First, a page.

November 23, 2011 9:30 AM Subscribe
posted by keli (55 comments total)
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The Defense Advanced Research Projects Agency (DARPA) is using a challenge program
to find out whether it's possible to put shredded documents back together again.
"DARPA’s Shredder Challenge calls upon computer scientists, puzzle enthusiasts and anyone else who likes solving complex problems to compete for up to $50,000 by piecing together a series of shredded documents.
The goal is to identify and assess potential capabilities that could be used by our warfighters operating in war zones, but might also create vulnerabilities to sensitive information that is protected through our own shredding practices throughout the U.S. national security community."
This isn't the first time DARPA has used crowdsourcing to come up with new solutions.
In 2002, the first Grand Challenge
was issued: Build a robotic vehicle able to travel unassisted on a predefined path of about 130 miles through the Mojave Desert. The fastest robot to navigate the course in less than 10 hours will take home $1 million.
In 2005, the same challenge was issued again and this time Stanford's Racing Team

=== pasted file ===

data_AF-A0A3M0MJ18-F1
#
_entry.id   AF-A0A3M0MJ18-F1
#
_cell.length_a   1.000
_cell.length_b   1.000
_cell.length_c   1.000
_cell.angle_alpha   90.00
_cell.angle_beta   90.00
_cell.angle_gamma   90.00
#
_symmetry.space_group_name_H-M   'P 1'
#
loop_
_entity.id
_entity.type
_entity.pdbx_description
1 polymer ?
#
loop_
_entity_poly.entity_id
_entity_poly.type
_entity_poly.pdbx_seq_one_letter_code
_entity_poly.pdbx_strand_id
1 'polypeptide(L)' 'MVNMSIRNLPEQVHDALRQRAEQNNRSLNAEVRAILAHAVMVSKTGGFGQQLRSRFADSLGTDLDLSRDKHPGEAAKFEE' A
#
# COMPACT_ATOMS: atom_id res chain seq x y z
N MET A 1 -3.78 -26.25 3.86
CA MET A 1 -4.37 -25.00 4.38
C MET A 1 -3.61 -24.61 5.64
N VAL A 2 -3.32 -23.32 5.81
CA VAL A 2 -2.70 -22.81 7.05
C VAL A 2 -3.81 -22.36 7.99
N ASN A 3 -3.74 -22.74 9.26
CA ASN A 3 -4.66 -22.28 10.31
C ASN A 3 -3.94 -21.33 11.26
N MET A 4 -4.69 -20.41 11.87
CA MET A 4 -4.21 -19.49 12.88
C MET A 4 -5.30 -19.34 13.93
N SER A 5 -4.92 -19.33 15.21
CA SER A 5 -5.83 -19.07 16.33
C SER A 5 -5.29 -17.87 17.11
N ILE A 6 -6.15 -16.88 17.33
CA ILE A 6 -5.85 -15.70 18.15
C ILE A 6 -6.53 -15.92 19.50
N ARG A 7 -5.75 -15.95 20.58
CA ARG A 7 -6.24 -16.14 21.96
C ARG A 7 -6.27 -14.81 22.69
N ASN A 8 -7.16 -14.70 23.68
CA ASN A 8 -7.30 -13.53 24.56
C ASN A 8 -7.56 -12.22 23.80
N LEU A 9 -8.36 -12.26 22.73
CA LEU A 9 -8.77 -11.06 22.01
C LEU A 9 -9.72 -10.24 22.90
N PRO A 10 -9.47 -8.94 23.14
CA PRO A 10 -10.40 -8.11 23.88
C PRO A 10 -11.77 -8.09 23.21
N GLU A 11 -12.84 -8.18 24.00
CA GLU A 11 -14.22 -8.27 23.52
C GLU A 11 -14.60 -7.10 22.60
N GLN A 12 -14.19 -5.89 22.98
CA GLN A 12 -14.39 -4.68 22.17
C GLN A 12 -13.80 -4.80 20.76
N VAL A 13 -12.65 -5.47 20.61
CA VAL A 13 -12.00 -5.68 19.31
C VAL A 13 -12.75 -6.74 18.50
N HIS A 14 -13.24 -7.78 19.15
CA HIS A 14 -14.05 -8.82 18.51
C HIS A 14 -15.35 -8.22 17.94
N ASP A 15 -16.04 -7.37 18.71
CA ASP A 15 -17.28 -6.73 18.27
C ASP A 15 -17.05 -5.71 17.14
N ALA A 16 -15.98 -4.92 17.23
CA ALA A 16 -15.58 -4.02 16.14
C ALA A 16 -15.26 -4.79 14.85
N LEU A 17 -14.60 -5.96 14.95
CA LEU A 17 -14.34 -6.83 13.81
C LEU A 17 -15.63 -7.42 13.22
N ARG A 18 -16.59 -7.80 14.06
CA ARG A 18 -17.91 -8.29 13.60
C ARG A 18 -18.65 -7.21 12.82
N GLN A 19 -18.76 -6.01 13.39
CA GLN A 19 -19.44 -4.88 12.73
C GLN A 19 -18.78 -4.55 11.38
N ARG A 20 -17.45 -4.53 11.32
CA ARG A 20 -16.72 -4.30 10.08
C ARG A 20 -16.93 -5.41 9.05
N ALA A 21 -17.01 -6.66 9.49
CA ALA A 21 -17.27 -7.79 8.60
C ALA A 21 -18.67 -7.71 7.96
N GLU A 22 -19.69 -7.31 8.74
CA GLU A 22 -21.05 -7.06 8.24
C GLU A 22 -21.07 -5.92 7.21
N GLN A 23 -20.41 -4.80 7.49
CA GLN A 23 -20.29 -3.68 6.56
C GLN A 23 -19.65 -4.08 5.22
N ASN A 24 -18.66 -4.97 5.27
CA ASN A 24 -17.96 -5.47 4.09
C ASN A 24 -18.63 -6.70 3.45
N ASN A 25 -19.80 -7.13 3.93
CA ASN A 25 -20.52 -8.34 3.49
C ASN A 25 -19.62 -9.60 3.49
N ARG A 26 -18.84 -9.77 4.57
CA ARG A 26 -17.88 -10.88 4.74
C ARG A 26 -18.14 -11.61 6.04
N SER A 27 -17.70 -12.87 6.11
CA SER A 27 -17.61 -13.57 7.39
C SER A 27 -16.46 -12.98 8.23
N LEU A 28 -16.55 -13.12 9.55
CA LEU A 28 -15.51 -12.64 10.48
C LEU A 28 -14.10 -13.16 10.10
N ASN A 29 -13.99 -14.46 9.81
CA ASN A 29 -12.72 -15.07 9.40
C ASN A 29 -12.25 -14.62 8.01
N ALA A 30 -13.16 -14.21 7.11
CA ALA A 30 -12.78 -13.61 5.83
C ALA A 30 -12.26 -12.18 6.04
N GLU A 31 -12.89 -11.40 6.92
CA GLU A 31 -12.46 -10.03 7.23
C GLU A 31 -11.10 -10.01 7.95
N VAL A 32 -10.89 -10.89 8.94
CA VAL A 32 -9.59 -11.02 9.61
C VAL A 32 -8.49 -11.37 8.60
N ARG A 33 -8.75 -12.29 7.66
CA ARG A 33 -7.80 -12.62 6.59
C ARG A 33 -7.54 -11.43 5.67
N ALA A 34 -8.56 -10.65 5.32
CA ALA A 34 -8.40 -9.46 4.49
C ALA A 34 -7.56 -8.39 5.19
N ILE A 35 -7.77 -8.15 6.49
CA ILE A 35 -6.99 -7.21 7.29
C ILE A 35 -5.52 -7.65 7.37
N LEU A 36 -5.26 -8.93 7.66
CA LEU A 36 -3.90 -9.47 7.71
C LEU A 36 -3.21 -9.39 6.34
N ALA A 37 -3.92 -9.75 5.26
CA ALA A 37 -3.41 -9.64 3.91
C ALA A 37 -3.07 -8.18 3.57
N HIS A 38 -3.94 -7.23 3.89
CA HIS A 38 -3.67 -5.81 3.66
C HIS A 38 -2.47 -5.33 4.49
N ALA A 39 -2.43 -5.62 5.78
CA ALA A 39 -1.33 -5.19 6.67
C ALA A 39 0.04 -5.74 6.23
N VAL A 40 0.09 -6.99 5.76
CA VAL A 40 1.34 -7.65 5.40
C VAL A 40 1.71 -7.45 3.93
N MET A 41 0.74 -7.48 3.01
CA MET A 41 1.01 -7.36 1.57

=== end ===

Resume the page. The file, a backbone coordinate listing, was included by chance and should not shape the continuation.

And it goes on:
developed the winner, Stanley
In 2007, a new challenge began: Build a robotic vehicle that can operate in urban traffic, finding its own path while also following traffic rules. Each team was provided a GPS map of an urban cityscape, simulating military supply missions in an urban setting. Traveling among manned and robotic vehicle traffic, the team vehicles traveled through required points in the mock city. Teams were required to complete the 60-mile course safely in less than six hours.
The winner of the 2007 Urban Challenge was Boss
, engineered by Carnegie Mellon's Tartan Racing Team
. (previously on MeFi
2009 brought about the DARPA Network Challenge
. Under the rules of the competition, the $40,000 challenge award would be granted to the first team to submit the locations of 10 moored, 8-foot, red, weather balloons at 10 previously undisclosed fixed locations in the continental United States. The balloons were to be placed in readily accessible locations visible from nearby roads.
MIT's Red Balloon Challenge Team
won the competition in under 9 hours.